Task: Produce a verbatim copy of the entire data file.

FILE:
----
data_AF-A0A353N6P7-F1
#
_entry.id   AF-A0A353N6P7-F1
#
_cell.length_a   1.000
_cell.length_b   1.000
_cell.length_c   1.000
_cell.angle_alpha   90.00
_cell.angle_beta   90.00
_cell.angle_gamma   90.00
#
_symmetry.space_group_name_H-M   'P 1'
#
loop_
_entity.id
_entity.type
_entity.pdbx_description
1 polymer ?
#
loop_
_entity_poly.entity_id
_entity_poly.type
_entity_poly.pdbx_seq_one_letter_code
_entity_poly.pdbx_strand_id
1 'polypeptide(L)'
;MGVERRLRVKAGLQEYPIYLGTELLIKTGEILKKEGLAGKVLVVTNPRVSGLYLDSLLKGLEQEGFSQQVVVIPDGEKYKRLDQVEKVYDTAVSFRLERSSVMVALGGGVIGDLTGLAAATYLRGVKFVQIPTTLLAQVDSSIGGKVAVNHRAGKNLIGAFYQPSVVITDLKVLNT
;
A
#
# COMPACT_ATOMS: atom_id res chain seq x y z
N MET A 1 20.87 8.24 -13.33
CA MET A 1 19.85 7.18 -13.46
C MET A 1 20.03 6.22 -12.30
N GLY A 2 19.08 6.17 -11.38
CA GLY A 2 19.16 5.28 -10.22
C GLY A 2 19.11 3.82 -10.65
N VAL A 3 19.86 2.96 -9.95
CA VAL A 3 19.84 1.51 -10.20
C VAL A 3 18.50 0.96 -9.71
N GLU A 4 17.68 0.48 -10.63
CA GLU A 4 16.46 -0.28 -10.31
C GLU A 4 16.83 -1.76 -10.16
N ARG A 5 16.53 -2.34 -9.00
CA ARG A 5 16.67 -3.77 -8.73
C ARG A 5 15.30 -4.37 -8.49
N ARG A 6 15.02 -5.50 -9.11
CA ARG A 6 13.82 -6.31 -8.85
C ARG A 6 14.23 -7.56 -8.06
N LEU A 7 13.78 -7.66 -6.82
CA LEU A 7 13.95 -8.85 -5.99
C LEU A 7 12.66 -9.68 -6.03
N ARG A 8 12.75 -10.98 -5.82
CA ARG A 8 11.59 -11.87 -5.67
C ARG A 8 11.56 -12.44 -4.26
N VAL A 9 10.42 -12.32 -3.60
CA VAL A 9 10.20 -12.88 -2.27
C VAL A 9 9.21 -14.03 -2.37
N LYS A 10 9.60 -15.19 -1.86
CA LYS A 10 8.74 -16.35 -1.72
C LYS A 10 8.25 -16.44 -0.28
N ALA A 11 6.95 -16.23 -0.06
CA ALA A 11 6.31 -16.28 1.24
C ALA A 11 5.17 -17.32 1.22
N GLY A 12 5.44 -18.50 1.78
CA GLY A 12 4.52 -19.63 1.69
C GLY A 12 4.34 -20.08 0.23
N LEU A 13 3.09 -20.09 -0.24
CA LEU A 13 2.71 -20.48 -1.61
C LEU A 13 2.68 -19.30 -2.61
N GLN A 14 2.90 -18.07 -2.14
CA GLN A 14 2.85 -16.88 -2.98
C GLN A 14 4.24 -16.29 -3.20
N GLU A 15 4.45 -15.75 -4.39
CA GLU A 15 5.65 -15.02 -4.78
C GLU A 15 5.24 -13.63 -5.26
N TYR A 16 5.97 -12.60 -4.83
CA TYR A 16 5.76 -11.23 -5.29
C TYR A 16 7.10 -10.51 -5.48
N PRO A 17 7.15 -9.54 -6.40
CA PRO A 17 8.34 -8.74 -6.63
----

data_AF-A0A353N6P7-F1
#
_entry.id   AF-A0A353N6P7-F1
#
_cell.length_a   1.000
_cell.length_b   1.000
_cell.length_c   1.000
_cell.angle_alpha   90.00
_cell.angle_beta   90.00
_cell.angle_gamma   90.00
#
_symmetry.space_group_name_H-M   'P 1'
#
loop_
_entity.id
_entity.type
_entity.pdbx_description
1 polymer ?
#
loop_
_entity_poly.entity_id
_entity_poly.type
_entity_poly.pdbx_seq_one_letter_code
_entity_poly.pdbx_strand_id
1 'polypeptide(L)'
;MGVERRLRVKAGLQEYPIYLGTELLIKTGEILKKEGLAGKVLVVTNPRVSGLYLDSLLKGLEQEGFSQQVVVIPDGEKYKRLDQVEKVYDTAVSFRLERSSVMVALGGGVIGDLTGLAAATYLRGVKFVQIPTTLLAQVDSSIGGKVAVNHRAGKNLIGAFYQPSVVITDLKVLNT
;
A
#
# COMPACT_ATOMS: atom_id res chain seq x y z
N MET A 1 20.87 8.24 -13.33
CA MET A 1 19.85 7.18 -13.46
C MET A 1 20.03 6.22 -12.30
N GLY A 2 19.08 6.17 -11.38
CA GLY A 2 19.16 5.28 -10.22
C GLY A 2 19.11 3.82 -10.65
N VAL A 3 19.86 2.96 -9.95
CA VAL A 3 19.84 1.51 -10.20
C VAL A 3 18.50 0.96 -9.71
N GLU A 4 17.68 0.48 -10.63
CA GLU A 4 16.46 -0.28 -10.31
C GLU A 4 16.83 -1.76 -10.16
N ARG A 5 16.53 -2.34 -9.00
CA ARG A 5 16.67 -3.77 -8.73
C ARG A 5 15.30 -4.37 -8.49
N ARG A 6 15.02 -5.50 -9.11
CA ARG A 6 13.82 -6.31 -8.85
C ARG A 6 14.23 -7.56 -8.06
N LEU A 7 13.78 -7.66 -6.82
CA LEU A 7 13.95 -8.85 -5.99
C LEU A 7 12.66 -9.68 -6.03
N ARG A 8 12.75 -10.98 -5.82
CA ARG A 8 11.59 -11.87 -5.67
C ARG A 8 11.56 -12.44 -4.26
N VAL A 9 10.42 -12.32 -3.60
CA VAL A 9 10.20 -12.88 -2.27
C VAL A 9 9.21 -14.03 -2.37
N LYS A 10 9.60 -15.19 -1.86
CA LYS A 10 8.74 -16.35 -1.72
C LYS A 10 8.25 -16.44 -0.28
N ALA A 11 6.95 -16.23 -0.06
CA ALA A 11 6.31 -16.28 1.24
C ALA A 11 5.17 -17.32 1.22
N GLY A 12 5.44 -18.50 1.78
CA GLY A 12 4.52 -19.63 1.69
C GLY A 12 4.34 -20.08 0.23
N LEU A 13 3.09 -20.09 -0.24
CA LEU A 13 2.71 -20.48 -1.61
C LEU A 13 2.68 -19.30 -2.61
N GLN A 14 2.90 -18.07 -2.14
CA GLN A 14 2.85 -16.88 -2.98
C GLN A 14 4.24 -16.29 -3.20
N GLU A 15 4.45 -15.75 -4.39
CA GLU A 15 5.65 -15.02 -4.78
C GLU A 15 5.24 -13.63 -5.26
N TYR A 16 5.97 -12.60 -4.83
CA TYR A 16 5.76 -11.23 -5.29
C TYR A 16 7.10 -10.51 -5.48
N PRO A 17 7.15 -9.54 -6.40
CA PRO A 17 8.34 -8.74 -6.63